The center of the brownie is soft and fudgy, the corners and edges are perfectly chewy, and that whole peanut butter swirly pretzel thing? Totally elevating my happy!

Want to make these brownies?


Leftover Snickers Brownies with Sea Salt

OK, who else got stuck with a bunch of candy after disappointing trick-or-treater turnout? The whole neighborhood was abuzz last week about whether (or how) to participate in Halloween this year—do we go ahead and buy candy? Will there be any kids? Is it even safe to do it this year? Without a pandemic playbook, we were all just guessing, but the consensus was “let’s give it a go.”

So Les and I scrubbed our hands, dumped our bags of candy into a wide bowl with our long-handled BBQ tongs, placed our face masks on standby and flicked on the porch light to signal our intentions. Mr. Bones did his best to draw them in with his spooky presence and vacant gaze. But when the clock showed 9:30, we gave up, having given out exactly seven pieces of candy—all to one adorable little witch princess.

See you next year, Mr. Bones!

It’s not that much of a surprise, and in some ways I’m relieved because it proves that our community has done a good job of recognizing the safety issues of COVID. Despite our preparation and “no contact” method of distributing the candy, we ended up with nearly as much as we started. In previous years, Les has taken our leftover candy to share with his co-workers, but that standard fallback doesn’t work this year, either.

I guess I had it coming, this big pile of leftover Snickers—just last week, I was re-living the childhood trauma of my father’s annual raids on my Halloween candy, under the guise of a “safety check.” Is this the universe’s clever way of paying me back after all these years?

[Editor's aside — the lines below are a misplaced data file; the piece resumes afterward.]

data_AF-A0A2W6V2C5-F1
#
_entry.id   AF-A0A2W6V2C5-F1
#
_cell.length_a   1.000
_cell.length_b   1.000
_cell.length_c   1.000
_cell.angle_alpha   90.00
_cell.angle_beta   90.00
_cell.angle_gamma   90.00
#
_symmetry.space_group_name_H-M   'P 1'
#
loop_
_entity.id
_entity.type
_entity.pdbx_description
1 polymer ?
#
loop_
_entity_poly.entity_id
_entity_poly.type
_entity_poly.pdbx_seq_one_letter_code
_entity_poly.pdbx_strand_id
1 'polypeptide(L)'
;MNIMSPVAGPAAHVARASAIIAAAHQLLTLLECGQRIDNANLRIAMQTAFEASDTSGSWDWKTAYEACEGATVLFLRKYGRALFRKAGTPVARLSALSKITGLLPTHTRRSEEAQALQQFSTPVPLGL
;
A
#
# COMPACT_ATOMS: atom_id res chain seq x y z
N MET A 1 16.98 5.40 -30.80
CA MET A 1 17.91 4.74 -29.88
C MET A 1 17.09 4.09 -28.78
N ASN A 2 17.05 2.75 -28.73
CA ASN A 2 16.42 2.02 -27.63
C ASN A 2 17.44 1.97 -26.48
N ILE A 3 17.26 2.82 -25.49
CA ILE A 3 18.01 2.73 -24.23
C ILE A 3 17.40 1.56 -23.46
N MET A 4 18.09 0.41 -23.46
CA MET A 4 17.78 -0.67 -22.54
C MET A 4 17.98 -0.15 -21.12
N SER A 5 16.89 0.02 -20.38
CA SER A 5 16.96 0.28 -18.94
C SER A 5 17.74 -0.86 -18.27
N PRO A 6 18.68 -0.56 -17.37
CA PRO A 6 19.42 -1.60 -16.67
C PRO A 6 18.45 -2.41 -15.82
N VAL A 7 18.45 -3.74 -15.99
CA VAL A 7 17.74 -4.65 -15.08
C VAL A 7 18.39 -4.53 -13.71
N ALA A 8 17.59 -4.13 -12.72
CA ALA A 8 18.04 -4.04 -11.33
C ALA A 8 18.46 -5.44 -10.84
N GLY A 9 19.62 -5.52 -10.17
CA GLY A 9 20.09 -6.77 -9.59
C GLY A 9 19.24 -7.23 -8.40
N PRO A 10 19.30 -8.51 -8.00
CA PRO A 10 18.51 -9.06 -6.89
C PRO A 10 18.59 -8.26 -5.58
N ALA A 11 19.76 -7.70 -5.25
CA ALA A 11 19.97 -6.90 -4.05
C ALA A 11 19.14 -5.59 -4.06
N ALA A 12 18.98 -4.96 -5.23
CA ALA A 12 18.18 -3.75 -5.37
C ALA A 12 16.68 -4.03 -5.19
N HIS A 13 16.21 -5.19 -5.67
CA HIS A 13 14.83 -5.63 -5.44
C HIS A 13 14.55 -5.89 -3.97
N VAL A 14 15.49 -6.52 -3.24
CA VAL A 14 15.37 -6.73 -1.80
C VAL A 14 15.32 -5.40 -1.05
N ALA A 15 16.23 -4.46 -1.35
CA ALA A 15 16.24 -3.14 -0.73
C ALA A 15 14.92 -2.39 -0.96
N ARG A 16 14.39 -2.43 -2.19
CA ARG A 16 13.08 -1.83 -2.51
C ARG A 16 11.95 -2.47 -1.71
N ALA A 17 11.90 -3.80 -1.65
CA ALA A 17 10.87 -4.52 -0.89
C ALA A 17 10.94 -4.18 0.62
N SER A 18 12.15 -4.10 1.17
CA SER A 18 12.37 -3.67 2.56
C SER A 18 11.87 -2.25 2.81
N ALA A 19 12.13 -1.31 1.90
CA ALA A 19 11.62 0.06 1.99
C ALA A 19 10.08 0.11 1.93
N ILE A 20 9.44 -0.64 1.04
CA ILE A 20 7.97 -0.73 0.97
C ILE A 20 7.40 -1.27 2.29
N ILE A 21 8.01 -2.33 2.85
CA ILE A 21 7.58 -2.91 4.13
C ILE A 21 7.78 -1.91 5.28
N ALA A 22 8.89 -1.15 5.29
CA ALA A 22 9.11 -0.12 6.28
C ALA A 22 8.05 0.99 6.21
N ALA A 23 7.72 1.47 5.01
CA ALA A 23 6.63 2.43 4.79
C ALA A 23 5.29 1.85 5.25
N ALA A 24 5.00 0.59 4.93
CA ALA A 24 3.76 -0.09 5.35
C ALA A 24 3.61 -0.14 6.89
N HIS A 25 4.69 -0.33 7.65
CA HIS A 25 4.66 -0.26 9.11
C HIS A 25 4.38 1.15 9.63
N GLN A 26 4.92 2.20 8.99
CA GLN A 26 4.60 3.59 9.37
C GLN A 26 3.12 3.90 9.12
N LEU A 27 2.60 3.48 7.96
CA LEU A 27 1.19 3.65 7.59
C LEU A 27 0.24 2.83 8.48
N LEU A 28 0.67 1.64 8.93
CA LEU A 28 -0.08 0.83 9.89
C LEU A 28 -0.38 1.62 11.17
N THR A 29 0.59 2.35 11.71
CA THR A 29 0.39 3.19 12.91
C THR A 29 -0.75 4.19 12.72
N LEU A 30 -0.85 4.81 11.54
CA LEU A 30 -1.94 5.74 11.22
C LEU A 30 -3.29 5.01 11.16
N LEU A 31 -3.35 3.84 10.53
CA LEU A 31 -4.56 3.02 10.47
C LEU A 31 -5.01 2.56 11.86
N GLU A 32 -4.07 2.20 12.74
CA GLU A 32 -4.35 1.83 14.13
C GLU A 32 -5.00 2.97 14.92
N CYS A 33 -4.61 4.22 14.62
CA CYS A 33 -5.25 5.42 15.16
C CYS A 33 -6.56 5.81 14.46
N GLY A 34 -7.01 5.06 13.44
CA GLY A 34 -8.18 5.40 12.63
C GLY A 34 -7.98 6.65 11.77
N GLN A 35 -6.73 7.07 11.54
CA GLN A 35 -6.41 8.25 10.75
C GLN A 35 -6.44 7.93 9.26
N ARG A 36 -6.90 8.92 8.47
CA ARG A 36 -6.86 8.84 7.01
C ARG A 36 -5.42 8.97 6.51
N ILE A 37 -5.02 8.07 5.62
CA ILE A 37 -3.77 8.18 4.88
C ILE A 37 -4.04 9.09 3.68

Though it is true that Snickers has always been my favorite candy bar, there’s a limit to how many of them I can eat before I get bored. I fired up the idea machine in my brain, and these easy-to-make brownies were born. They are the best of both worlds. Rich, dark, soft chocolate-y brownies and sweet, salty, peanut-y candies. What could possibly go wrong?

Ooey gooey, chocolate chewy!

Ingredients

Ghirardelli dark chocolate brownie mix (or your favorite, plus ingredients listed on the box instructions)

10 fun-sized Snickers candy bars (not the “minis”)

Coarse sea salt


Instructions

  1. Preheat oven as instructed on brownie mix. Prepare baking pan as directed.
  2. Cut up candy bars into small bite-sized pieces.
  3. Make brownie mix as directed by box instructions.
  4. Fold in candy bar pieces, then spread batter into the prepared baking pan.
  5. Give the batter a light sprinkle of the coarse sea salt.
  6. Bake as directed on brownie mix and cool completely before cutting.

I need a big glass of milk! 😀

Want to print this recipe?


My Favorite Candy Bar Cocktail

Halloween is not my thing—let’s just put that out there. I stopped celebrating it years ago, mainly because the world is scary enough without conjuring spirits from the dark beyond (I’m looking at you, 2020). But I do love a theme for parties, dinners and drinks, so I’m making an exception long enough to present a series of themed cocktails in advance of Halloween this weekend. The first drink of the series is a sweet one, and a payback to my grown-up self for something I was robbed of as a kid. Allow me to explain: